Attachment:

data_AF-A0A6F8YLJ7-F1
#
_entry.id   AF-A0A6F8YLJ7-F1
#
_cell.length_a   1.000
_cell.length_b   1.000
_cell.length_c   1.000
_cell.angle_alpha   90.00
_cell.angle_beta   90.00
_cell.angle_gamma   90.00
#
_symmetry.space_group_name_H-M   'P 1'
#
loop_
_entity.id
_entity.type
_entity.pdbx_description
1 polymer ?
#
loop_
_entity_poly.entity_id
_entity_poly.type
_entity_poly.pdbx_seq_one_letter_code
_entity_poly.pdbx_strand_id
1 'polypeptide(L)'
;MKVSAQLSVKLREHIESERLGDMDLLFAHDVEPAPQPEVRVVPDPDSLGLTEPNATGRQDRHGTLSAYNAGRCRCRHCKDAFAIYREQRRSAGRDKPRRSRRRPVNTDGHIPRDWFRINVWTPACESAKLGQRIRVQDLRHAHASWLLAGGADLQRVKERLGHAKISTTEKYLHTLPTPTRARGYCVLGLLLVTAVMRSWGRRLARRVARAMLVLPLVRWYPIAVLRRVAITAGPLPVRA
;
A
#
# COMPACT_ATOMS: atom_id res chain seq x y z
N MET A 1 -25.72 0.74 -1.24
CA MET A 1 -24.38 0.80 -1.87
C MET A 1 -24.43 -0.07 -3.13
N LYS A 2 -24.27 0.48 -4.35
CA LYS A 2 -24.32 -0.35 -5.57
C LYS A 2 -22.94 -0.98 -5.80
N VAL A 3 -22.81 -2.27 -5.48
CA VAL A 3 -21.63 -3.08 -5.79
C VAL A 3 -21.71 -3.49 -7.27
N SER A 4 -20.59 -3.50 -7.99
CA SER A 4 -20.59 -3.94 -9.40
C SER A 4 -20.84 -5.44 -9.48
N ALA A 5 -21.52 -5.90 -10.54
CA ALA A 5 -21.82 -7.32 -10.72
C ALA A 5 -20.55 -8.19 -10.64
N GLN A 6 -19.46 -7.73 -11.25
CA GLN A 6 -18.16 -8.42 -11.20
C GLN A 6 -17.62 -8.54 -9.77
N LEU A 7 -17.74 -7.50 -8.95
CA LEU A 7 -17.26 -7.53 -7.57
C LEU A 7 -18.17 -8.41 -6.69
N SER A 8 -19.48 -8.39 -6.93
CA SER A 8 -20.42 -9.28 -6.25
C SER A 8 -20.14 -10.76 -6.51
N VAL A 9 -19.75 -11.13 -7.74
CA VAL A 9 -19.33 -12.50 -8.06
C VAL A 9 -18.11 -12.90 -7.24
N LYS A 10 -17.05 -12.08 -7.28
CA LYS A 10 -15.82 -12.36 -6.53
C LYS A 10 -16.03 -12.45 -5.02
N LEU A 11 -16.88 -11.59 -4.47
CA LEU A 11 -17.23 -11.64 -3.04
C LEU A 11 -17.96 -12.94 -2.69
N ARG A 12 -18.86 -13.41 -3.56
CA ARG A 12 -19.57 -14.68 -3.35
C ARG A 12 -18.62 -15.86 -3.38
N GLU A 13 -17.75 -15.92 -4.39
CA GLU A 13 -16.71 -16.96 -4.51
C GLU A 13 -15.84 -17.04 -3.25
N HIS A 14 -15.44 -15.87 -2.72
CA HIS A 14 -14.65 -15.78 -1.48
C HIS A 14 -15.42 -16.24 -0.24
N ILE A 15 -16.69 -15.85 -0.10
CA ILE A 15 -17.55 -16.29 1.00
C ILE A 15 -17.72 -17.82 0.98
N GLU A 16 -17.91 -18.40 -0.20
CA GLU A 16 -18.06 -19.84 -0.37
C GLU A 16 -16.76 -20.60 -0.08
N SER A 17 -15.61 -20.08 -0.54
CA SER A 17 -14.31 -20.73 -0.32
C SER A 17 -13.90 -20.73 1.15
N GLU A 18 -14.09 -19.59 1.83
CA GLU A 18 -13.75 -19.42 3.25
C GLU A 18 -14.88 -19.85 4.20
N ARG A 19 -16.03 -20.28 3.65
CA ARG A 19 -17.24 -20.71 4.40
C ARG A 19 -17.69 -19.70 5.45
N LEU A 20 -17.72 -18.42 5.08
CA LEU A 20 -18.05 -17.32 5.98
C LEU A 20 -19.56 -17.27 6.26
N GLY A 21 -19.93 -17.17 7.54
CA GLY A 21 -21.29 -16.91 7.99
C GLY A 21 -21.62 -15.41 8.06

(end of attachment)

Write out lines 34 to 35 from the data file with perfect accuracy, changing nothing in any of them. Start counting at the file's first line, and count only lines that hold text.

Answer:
N LYS A 2 -24.27 0.48 -4.35
CA LYS A 2 -24.32 -0.35 -5.57